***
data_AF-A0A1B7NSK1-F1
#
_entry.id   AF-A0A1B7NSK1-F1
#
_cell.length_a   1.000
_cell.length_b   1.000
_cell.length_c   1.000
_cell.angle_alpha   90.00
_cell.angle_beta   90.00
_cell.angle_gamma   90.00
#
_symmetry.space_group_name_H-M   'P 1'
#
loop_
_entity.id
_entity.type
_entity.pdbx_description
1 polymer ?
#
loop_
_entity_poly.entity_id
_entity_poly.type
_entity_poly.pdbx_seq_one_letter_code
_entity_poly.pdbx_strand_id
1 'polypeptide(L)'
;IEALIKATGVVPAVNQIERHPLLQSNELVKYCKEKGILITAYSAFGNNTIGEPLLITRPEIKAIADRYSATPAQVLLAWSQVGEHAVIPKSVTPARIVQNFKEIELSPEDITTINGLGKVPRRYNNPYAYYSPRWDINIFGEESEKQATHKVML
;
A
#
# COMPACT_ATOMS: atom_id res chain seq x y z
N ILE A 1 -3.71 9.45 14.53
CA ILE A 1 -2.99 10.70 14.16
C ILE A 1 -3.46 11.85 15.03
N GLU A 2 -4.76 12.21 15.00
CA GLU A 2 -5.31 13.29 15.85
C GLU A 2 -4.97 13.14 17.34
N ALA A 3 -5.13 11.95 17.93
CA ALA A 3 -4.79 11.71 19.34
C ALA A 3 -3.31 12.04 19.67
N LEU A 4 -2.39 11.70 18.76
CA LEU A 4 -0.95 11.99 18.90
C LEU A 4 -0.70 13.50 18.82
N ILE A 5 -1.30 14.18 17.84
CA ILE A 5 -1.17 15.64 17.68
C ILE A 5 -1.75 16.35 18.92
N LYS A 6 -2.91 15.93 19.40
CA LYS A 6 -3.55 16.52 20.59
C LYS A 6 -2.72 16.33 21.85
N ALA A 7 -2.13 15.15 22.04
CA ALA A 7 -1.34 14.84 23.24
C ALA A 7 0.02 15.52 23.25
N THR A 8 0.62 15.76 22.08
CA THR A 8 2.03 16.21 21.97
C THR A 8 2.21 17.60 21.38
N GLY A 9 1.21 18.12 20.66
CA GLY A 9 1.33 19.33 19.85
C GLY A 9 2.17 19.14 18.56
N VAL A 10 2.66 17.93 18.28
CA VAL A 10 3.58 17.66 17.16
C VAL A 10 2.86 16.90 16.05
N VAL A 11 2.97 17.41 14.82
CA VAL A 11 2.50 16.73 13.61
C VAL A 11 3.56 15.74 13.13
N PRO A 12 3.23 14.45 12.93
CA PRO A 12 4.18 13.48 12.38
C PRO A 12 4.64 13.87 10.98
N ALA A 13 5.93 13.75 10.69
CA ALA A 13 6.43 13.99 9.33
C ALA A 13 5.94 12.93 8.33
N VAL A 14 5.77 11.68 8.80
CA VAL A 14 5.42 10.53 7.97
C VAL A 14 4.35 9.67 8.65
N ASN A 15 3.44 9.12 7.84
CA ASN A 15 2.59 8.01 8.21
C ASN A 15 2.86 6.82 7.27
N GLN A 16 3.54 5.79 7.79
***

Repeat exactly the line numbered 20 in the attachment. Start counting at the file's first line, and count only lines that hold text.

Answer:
loop_